Article by Kiruthiha Kulendiren, Senior Science & Policy Advisor (Ontario & Northern Canada), David Suzuki Foundation.

In 2012, with the support of RONA and in collaboration with Friends of the Rouge Watershed, the David Suzuki Foundation helped reforest parts of the future Rouge National Urban Park on the eastern side of the Greater Toronto Area (GTA). This year, the program takes place in the Credit River Watershed in western GTA, with the support of Credit Valley Conservation.

On a spring day in what will soon become Rouge National Urban Park, I watched a child plant a sapling. Gently, with great care, he held the root ball. His hair was sprinkled with a liberal dusting of dirt, and tell-tale smudges on his clothes, face and arms spoke of an intimate experience with nature. He bent low, patting down the dirt. He planted a kiss on a fledgling leaf, stood and walked away to his mother.

That child had just helped reforest his urban community.

The words “urban reforestation” might sound clinical, divorced of emotion and focused on quantity, location and timelines. But the reality is so very different. It is all about community building, health, wellness and most important of all, personal connection. The very act of planting — trusting that life will grow — is an ancient act of connection with the environment that defines us all.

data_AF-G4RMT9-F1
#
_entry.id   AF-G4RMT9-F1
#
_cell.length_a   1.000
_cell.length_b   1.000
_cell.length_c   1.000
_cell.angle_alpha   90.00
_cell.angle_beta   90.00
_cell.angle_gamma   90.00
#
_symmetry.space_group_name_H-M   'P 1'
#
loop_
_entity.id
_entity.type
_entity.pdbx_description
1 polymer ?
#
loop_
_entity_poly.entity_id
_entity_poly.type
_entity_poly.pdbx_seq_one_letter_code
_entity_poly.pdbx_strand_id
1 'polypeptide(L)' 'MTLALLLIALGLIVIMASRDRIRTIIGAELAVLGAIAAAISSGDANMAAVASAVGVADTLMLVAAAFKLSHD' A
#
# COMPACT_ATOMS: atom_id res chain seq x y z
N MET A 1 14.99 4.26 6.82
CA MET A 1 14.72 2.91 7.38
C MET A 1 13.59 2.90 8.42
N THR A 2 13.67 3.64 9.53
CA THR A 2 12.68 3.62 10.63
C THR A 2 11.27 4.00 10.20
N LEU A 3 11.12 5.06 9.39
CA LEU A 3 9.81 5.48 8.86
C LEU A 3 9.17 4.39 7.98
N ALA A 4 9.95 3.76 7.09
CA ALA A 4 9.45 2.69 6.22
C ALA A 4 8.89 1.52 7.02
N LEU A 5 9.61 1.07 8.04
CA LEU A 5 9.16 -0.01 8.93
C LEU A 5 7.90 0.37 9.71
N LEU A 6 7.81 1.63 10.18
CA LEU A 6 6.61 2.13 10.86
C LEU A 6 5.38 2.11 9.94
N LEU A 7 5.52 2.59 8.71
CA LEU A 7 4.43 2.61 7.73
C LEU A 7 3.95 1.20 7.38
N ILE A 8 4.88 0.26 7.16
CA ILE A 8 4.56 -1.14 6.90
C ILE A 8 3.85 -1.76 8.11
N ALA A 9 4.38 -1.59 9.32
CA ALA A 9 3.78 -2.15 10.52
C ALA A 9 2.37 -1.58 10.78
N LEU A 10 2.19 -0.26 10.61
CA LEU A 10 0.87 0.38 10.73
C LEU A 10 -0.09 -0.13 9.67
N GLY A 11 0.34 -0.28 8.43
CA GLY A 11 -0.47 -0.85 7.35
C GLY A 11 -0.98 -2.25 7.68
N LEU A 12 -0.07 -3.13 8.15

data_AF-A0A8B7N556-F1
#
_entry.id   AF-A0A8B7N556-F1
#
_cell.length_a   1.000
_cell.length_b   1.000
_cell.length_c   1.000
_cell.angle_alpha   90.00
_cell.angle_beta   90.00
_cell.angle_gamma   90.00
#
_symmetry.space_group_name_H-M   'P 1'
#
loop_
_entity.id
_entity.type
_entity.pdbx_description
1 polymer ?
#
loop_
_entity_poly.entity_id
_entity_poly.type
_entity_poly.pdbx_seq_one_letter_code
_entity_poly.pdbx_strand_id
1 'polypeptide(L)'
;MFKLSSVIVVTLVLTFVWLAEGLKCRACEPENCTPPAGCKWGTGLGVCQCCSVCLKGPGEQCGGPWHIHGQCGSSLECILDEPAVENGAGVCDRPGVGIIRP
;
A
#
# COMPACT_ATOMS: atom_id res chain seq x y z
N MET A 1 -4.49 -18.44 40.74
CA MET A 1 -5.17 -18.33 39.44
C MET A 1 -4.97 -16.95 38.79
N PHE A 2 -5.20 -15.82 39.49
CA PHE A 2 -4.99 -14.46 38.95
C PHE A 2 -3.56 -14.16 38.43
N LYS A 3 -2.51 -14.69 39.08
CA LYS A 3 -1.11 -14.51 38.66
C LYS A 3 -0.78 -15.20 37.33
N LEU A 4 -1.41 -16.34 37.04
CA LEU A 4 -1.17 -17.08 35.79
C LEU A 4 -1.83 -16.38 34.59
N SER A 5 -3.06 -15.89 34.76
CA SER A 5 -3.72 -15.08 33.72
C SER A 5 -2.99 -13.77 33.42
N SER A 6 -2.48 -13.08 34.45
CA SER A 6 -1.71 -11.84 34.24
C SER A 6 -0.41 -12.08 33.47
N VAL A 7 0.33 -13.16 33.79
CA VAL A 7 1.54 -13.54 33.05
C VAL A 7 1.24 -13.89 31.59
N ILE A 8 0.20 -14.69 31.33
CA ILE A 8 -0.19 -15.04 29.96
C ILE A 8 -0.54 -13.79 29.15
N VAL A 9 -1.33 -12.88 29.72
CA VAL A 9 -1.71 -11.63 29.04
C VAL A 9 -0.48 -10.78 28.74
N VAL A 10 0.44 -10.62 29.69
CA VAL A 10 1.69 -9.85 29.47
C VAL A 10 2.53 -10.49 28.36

The boy and his family came out to plant. They spent time in nature and volunteered. But so much more was happening: they were making friends, building relationships, finding belonging, connection and value. They left a legacy for generations through conscious stewardship, a reminder of how deeply interconnected and dependent we all are on our environment.

Urban reforestation is not just about trees and plants in the ground. It is about realising that we have lost so much of what we assumed was safe: canopy cover, clean water, fresh air and green spaces for children to explore and connect with. It is about reclaiming nature, community and future generations’ right to steward and protect their greenspace. It is about greening communities in a way that makes their inhabitants smile and breathe easy.

Credit Valley Conservation will be at the Green Living Show in Toronto from April 12-14 with the David Suzuki Foundation and RONA. Drop by Booth #725 to learn how you can take part in our urban reforestation programs.

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